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Final transition tax regulations provide certainty for taxpayers

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People in businessThe IRS released final regulations on Jan. 16 implementing the transition tax rules enacted by the Tax Cuts and Jobs Act (TCJA). The guidance generally adopts regulations proposed in August, but also contains numerous targeted changes that correct nuances or clarify ambiguities in the proposed regulations.

In general, Section 965 imposes a transition tax on previously untaxed post-1986 foreign earnings and profits (E&P) of certain foreign corporations owned by a U.S. shareholder. Section 965 deems those earnings to be repatriated and results in an income inclusion for the U.S. shareholder of the foreign corporation. Foreign earnings considered held in the form of cash and cash equivalents are taxed at a 15.5% rate, while the remaining earnings are taxed at an 8% rate.

The package is the first set of final regulations released by the IRS addressing rules enacted by the TCJA. The Section 965 final regulations are relatively consistent in both structure and substance with those previously proposed (see our previous Tax Flash on the proposed Section 965 regulations). In fact, a substantial portion of the preamble was dedicated to defending Treasury’s position to adopt large portions of the proposed regulations without change.

Despite containing limited changes, the rules do provide taxpayers with certainty. Taxpayers had been operating without final rules for over a year. A lack of final rules impacted financial reporting and impeded their ability to accurately calculate their Section 965 liability for both 2017 and 2018 tax years.

Final regulations Final regulations were released under Sections 962, 965, and 986. Though predominately consistent with the proposed regulations, the rules do contain a number of deviations and additions. In many cases, the changes provide much-needed clarifications, and landed in favor of taxpayers. Notable aspects of the final regulations include:

  • A commodity exception that excludes certain actively traded commodities and derivatives from the definition of cash position
  • Limits on the downward-basis adjustments to the stock of an E&P deficit foreign corporation to the available basis with the result that gain is not recognized (referred to as the “to-the-extent rule”) when the basis adjustment election is made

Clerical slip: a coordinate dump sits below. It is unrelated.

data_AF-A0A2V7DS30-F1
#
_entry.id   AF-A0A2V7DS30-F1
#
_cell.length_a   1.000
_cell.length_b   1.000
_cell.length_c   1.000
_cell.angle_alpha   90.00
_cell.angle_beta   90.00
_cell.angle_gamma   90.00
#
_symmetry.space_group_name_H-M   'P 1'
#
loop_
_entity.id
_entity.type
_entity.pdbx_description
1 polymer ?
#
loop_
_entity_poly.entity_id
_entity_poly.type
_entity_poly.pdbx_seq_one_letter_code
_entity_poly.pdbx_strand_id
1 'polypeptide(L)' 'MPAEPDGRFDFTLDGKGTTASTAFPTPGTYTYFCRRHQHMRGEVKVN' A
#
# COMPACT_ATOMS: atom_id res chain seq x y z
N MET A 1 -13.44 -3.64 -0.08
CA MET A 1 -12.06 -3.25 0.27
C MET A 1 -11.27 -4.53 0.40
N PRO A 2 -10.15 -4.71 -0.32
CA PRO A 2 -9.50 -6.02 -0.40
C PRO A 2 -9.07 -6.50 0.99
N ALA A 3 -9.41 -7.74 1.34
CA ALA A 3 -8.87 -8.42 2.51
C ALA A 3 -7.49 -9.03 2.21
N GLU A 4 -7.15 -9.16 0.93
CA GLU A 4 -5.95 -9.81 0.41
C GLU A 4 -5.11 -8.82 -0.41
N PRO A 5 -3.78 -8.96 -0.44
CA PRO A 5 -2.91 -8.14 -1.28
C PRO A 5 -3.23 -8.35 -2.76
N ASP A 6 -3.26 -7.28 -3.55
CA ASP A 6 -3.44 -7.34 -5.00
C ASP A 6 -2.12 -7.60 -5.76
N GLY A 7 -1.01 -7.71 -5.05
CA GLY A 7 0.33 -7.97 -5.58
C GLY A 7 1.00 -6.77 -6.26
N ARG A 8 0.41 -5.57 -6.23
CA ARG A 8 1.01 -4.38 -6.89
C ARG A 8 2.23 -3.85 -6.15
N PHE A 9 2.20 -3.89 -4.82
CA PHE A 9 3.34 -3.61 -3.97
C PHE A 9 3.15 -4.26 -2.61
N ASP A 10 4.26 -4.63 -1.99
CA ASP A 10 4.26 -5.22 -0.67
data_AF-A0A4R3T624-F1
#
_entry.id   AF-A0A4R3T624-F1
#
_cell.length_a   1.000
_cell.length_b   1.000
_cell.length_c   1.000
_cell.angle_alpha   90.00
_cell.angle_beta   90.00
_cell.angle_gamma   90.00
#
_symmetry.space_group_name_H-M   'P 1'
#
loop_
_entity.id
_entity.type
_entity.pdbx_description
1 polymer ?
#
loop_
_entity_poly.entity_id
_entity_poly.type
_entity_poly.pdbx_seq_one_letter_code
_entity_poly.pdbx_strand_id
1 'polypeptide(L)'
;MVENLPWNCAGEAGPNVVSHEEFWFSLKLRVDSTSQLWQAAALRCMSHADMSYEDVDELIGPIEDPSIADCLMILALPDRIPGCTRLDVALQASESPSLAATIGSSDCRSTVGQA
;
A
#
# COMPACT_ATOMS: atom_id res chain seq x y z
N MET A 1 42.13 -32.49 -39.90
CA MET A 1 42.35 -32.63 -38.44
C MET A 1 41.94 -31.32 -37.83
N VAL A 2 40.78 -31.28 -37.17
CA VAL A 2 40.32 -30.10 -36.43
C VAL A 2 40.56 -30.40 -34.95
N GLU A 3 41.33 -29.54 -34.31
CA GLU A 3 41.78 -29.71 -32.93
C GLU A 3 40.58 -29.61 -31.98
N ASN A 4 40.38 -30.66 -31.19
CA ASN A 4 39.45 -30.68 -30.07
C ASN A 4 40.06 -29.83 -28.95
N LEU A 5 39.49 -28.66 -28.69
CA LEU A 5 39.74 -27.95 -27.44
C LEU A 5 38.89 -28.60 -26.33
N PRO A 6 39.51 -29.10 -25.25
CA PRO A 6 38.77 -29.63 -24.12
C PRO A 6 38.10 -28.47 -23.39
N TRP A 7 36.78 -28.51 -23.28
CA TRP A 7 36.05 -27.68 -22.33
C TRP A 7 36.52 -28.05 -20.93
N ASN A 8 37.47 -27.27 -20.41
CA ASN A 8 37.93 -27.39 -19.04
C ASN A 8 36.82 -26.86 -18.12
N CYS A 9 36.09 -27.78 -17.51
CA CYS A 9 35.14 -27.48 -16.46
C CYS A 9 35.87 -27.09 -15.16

• An increased de minimis threshold preventing downward attribution to partnerships from partners that own less than 5% to partners that own less than 10% and extending the de minimis threshold to trusts

Additionally, a number of favorable changes were made to the anti-abuse rules. Although the proposed structure and approach to the anti-abuse rules remains intact, several meaningful changes were made providing an added level of certainty for taxpayers. Most notably, the regulations:

  • Provide an explicit exception for certain incorporation transactions
  • Govern the date of liquidation for certain liquidation transactions targeted by the anti-abuse rules
  • Modify the “element” test with respect to the rule that disregards certain accounting method changes
  • Make the “specified payment” rule that disregards certain payments between specified foreign corporations optional

The rules are generally retroactively effective for the last taxable year of a foreign corporation that begins before Jan. 1, 2018 (and with respect to United States persons, the taxable years in which or with which such taxable years of the foreign corporations ends). However, the basis-adjustment election in the final regulations has a due date tied to the publication of the regulations in the federal register. Taxpayers will now have up to 90 days after the publication of the regulations to make the basis election if their tax returns were otherwise due before the final regulations are published. The Federal Register is not being published during the partial government shutdown, so the deadline for this election will likely be delayed until at least 90 days from when a government spending deal is reached. Assuming the regulations are officially published prior to June, 2019, the provisions with the explicit effective date tied to Jan. 1, 2018, should ultimately be unaffected by the delayed publication of the final regulations in the Federal Register.

Next steps Though the changes appear targeted, taxpayers should still carefully evaluate them. The rules could impact a number of taxpayers in both positive and negative ways. In some cases, taxpayers may be able to amend 2017 returns or modify their 2018 computations to reduce their overall Section 965 tax liability.

Taxpayers should also take note of certain important due dates included in the regulations. In addition to the 90-day window to make the basis-adjustment election discussed above, taxpayers also have a limited period of time to file certain transfer agreements that would have otherwise been due. The transition rules were updated to provide that if a triggering event or acceleration event occurs on or before Dec. 31, 2018, the transfer agreement must be filed by Jan. 31, 2019, in order to be considered timely filed. Failure to timely file such agreement could accelerate the Section 965 liability.

For more information contact:
David Sites
Partner
Washington National Tax Office 
T +1 202 861 4104

David Zaiken
Managing Director
Washington National Tax Office 
T +1 202 521 1543

Cory Perry
Senior Manager
Washington National Tax Office 
T +1 202 521 1509

Mike Del Medico
Manager
Washington National Tax Office 
T +1 202 521 1522

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